Ice rink with hockey players

Too often I hear stories about how the costs to build an ice rink stall progress and even prevent rinks from being built entirely. This is a heart breaking reality for too many communities looking to provide a place for skating, training, gathering, learning, competing and so much more. 

The underlying challenge in the many stories I hear, is that the hurdle to finance a dream ice rink is too high. In most communities, access to ice is what is needed - especially when trying to grow youth programs. So a practice rink is the perfect solution. To address the financial hurdle, our team put together a boilerplate practice rink design that incorporates all the essential spaces of an ice arena, which we call a Rink in a Box. Starting from a standardized template, rather than designing each rink from the ground up, provides cost savings and efficiencies in the design and construction processes. While there are definitely scenarios where a unique, state-of-the-art ice rink design is necessary; when access to ice and a finite budget define your project, a basic framework is a great place to start.

A Rink in a Box

And we've designed this basic ice rink framework to cost less than $6 million to bring to life. You get ice, seating for 200, locker rooms, lobby and office, training space, concessions, and meeting spaces. View the full floor plan, here:

RinkinaBox_Floor Plan

 

The Main Stage: Ice Rink & Seating

How to Build a Rink BlogOur Rink in a Box framework is designed around a standard NHL size ice sheet - 85' x 200'. Then we added in seating for 200, which is a great starting point for most rinks. But, the beauty of this basic design is that most spaces can be modified if needed and if budget allows. So, if 200 seats won't accommodate your anticipated visitors, there are ways to adjust the design to fit what you need. 

Skater Support: Locker Rooms & Dry-land Training Room

Apart from the rink, skaters and teams need a few additional spaces to support their sport. First, locker rooms - where the bonding, education, coaching, dressing, and supply storage happens. We've planned four of these team rooms, with two shared toilet and shower spaces in this basic design. Second, we've allocated space to a dry-land training area, where the off-ice strength, agility, and endurance training can happen. From a community recreation perspective, this dry-land training space - depending on how it's equipped - can draw in non-skaters to your facility as well, which can serve as another revenue stream. 

How to Build a Rink - Locker Room  How to Build a Rink - Dryland Training

Third, there is one separate referee locker room / restroom combo to host game day official(s). 

Rink Maintenance: Refrigeration Plant, Resurfacer, Storage, & More

How to Build a Rink - Resurfacer RoomThese behind-the-scene spaces may not be as fun to budget for, but you can't build a rink without them. This Rink-in-a-Box design accounts for the required rooms at their necessary sizes: 

  • Refrigeration plant
  • Resurfacer room
  • Janitorial closet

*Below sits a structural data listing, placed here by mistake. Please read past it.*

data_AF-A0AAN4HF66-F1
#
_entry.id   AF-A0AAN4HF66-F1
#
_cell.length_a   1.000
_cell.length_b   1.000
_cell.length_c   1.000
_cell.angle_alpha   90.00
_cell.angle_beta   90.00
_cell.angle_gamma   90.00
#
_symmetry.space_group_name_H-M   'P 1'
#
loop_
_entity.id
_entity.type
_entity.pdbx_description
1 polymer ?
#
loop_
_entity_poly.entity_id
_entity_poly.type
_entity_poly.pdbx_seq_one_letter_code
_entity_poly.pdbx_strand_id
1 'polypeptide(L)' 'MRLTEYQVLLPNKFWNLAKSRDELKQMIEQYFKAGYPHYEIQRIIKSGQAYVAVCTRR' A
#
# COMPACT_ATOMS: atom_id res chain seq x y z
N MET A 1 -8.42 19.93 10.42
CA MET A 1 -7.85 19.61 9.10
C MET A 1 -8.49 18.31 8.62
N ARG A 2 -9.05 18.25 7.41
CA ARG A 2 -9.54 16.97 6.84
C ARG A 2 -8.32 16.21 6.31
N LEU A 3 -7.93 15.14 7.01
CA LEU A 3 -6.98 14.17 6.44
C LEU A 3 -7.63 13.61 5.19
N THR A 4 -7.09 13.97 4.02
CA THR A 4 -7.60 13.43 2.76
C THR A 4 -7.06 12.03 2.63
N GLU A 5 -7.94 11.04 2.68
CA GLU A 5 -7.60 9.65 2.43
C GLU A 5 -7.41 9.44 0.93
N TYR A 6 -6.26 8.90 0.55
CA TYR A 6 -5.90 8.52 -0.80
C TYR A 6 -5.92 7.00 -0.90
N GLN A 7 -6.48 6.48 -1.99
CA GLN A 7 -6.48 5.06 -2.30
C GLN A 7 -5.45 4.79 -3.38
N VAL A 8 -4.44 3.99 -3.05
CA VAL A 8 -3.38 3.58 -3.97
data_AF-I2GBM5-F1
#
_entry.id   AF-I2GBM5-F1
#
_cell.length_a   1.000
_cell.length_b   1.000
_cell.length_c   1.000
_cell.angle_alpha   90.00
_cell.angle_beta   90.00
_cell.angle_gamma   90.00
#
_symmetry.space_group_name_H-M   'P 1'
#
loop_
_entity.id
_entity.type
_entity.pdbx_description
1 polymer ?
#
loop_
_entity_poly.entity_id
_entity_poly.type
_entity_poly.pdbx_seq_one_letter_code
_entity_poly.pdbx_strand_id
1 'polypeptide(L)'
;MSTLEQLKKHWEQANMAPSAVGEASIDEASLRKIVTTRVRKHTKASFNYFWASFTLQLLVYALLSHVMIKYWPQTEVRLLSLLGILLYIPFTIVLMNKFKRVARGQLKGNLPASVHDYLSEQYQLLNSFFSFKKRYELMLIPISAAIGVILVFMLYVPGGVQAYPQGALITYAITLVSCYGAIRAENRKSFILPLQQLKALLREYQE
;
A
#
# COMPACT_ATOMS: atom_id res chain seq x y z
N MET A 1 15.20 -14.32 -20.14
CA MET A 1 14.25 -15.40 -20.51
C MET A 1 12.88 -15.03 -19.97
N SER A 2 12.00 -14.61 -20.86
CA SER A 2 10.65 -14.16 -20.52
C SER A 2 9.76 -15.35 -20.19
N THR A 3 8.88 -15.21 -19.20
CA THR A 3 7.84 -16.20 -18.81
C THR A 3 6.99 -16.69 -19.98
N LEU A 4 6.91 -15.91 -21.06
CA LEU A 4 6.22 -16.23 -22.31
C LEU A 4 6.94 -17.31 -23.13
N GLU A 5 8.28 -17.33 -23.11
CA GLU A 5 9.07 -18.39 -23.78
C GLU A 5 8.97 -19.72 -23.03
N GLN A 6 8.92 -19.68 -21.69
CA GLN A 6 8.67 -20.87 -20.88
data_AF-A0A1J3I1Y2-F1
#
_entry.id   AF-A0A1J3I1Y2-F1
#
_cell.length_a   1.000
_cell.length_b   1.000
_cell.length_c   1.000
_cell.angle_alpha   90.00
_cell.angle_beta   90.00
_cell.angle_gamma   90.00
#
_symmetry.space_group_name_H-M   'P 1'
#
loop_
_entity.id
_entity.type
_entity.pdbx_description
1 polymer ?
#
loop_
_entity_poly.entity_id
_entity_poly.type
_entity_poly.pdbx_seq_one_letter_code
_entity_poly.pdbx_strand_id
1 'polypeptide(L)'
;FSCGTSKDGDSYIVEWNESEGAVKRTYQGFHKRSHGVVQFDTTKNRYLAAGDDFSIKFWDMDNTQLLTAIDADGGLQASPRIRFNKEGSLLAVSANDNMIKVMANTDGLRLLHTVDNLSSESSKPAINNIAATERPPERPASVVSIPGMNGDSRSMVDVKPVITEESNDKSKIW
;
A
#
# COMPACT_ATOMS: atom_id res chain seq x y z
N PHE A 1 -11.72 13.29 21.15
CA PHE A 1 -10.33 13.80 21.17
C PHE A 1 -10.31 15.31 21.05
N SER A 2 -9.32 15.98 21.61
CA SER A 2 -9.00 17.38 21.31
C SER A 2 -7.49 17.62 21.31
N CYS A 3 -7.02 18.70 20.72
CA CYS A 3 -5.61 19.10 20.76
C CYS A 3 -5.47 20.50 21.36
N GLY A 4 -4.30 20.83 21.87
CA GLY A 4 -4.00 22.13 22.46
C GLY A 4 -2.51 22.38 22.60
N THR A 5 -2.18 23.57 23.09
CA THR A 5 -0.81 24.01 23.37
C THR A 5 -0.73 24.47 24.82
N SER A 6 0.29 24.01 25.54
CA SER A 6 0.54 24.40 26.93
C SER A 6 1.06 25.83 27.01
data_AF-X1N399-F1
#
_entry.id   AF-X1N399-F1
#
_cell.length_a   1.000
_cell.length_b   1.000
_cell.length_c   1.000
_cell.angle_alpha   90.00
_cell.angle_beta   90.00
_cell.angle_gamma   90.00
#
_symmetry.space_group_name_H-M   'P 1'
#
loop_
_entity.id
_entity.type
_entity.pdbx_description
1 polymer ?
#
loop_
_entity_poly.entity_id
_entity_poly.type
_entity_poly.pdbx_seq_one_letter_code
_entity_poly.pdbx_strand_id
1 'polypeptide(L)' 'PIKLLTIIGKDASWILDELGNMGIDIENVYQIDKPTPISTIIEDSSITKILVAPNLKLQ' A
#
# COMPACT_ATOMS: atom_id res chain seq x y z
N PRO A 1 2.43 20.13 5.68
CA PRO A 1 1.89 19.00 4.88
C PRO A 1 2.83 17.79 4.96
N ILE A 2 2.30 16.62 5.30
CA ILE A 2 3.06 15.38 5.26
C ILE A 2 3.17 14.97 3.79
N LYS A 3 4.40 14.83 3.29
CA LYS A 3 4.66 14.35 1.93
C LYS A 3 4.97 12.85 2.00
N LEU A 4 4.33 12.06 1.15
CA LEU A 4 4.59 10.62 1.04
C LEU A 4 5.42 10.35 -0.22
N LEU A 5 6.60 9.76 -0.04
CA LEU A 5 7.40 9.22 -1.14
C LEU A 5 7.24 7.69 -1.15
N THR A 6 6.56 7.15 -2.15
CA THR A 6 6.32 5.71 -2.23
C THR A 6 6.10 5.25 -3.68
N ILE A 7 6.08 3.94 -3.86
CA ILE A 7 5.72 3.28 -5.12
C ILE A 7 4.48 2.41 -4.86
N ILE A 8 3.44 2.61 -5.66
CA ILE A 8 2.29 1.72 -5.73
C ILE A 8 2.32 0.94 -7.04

• Electrical
  • Multiple storage rooms & an office space to support rink maintenance

Visitor Enjoyment: Lobby, Concessions, Meeting Rooms & Restrooms

How to Build a Rink - LobbyIn addition to skaters, your ice rink needs to welcome and host visitors - parents, siblings, fans and more. To do that well, your rink should have a number of spaces dedicated to an enjoyable visitor experience, which we've included in our design. The large lobby should be inviting with seating space to give guests a place to lounge outside the cool arena seating. The welcome desk greets your skaters and your visitors, and provides all admin and support necessary (payment, check-ins, wayfinding, etc.). Concession stands are a staple, providing snacks and hydration to skaters and guests - plus, its another source of revenue to support your operation. A meeting space is not only great for the skating organizations using your arena, but it's a great community asset that can attract non-skaters into your facility. Lastly, we've included the essential support spaces - restrooms, storage closet and an office.

Financing Support 

Our experience designing rinks paired with trusted vendor partners and this framework make it possible to build an ice rink for less than $6 million. While this is a significant decrease in costs compared to ice rinks designed from scratch (costs ranging anywhere from $8-12 million), it is still $6 million - and that money has to come from somewhere. Being part of so many rink projects over the years has exposed us to a lot of different and creative ways to get financing. So, in addition to a lot of ideas and examples, we also have resources available to help you get the financing needed to bring your ice rink to life.

If you have questions or want to learn more about our financing resources, please reach out. 

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Published on October 22, 2020

Topics: Ice Arena Architecture, Community, Ice, Recreation, Recreation Center

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